First Nations launch fight of TMX project approval with Supreme Court of Canada

Vancouver (Musqueam, Squamish and Tsleil-Waututh Territory) – The Squamish Nation, Tsleil-Waututh Nation, the Ts’elxwéyeqw Tribes and Coldwater Indian Band announce they are seeking leave for appeal to the Supreme Court of Canada.  These four First Nations have fought and challenged the Trans Mountain Expansion (TMX) Project through every Federal court. They now intend to seek a challenge at the Supreme Court of Canada.

While some court processes are paused due to the Covid-10 pandemic, deadlines for seeking leave to appeal at the Supreme Court of Canada remain in effect.

The four First Nations initiated their appeals of the Federal Court of Appeal’s February 4, 2020 decision—known as Coldwater et al. vs. Canada—to the Supreme Court of Canada. The First Nations are challenging the adequacy of Indigenous consultation leading up to the second approval of the oil pipeline project.

“The Supreme Court of Canada needs to deal with the Federal Court of Appeal’s decision that essentially lets the government be the judge and jury of its own consultation efforts. We need the opportunity to address the flawed consultation and engagement conducted by the Federal government, given the strength of rights and title of the Squamish People to Burrard Inlet and Vancouver,” said Khelsilem, Squamish Nation Spokesperson and Councillor.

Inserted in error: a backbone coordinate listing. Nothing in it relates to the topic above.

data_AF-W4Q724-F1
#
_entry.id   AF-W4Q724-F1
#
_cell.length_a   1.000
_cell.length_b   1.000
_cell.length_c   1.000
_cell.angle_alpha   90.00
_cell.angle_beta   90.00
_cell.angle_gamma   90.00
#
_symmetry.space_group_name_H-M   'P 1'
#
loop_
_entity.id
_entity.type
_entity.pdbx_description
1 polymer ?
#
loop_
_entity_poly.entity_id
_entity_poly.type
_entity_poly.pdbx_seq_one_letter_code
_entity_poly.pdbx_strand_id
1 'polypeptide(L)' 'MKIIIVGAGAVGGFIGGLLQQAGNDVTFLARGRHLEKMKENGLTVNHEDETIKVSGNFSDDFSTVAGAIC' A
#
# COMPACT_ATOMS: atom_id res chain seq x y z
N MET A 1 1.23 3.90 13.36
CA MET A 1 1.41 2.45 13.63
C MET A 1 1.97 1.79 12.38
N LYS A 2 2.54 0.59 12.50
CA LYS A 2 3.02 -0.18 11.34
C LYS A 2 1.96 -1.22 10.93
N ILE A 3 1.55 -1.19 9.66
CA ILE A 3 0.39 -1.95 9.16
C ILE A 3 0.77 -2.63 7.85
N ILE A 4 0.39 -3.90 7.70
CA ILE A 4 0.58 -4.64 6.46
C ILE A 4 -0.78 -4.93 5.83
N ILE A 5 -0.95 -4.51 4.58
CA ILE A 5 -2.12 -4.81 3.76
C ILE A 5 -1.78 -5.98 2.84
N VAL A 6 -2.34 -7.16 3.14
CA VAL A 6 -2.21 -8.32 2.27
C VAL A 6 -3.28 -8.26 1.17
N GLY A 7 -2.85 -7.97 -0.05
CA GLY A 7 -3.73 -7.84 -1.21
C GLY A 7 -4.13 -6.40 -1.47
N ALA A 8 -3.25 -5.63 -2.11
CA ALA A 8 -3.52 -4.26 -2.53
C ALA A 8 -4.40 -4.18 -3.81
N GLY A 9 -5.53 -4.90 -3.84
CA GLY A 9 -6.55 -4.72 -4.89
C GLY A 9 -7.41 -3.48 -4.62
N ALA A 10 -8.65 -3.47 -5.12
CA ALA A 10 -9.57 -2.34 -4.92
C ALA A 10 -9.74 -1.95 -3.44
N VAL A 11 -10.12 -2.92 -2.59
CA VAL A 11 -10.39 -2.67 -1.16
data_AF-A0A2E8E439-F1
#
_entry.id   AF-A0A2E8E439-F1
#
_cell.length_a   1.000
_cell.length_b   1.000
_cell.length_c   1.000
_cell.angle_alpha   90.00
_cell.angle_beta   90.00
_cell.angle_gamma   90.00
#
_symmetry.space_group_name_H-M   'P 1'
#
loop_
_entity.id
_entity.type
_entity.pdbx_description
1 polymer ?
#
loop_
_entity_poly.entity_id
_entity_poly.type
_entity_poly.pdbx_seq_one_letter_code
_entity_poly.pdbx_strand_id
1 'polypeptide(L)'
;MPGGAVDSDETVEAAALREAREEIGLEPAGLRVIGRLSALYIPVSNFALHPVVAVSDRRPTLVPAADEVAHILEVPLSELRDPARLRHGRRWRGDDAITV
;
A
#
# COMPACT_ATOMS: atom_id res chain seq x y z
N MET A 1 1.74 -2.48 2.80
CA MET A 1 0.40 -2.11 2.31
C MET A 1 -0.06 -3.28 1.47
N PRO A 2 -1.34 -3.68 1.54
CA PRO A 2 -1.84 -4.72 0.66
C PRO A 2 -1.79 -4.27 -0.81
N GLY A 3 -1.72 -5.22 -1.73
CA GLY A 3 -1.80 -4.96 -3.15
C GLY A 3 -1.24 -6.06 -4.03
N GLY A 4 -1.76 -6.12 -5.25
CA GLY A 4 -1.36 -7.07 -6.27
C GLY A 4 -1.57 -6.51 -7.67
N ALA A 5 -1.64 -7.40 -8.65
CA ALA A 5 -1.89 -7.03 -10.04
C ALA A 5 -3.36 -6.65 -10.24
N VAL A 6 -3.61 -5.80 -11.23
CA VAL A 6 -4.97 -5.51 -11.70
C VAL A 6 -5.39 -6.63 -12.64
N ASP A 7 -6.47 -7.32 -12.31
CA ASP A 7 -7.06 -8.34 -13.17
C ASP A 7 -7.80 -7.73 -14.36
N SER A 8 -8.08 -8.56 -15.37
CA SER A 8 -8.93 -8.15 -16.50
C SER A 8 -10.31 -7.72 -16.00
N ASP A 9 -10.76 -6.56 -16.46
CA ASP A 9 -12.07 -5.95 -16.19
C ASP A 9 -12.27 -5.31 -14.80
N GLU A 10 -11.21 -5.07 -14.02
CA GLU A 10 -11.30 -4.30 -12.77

“Indigenous peoples have a constitutional right to meaningful consultation and the courts must scrutinize that process. This flawed decision cannot stand, and we must challenge it, not just for us but for any future project that may be challenged by First Nations.”

“The issues are now bigger than just a pipeline and tanker traffic. The Coldwater case is a major setback for reconciliation and consultation in Canada because if it is left unchallenged, it would water down the consultation standard to be no more than a procedural hurdle,” said Tsleil-Waututh Chief Leah George-Wilson, also a lawyer at Miller Titerle.

The four nations have filed applications seeking leave to appeal the decision. If the Supreme Court of Canada decides that the legal issues raised are of national importance, they will grant leave and hear the cases.

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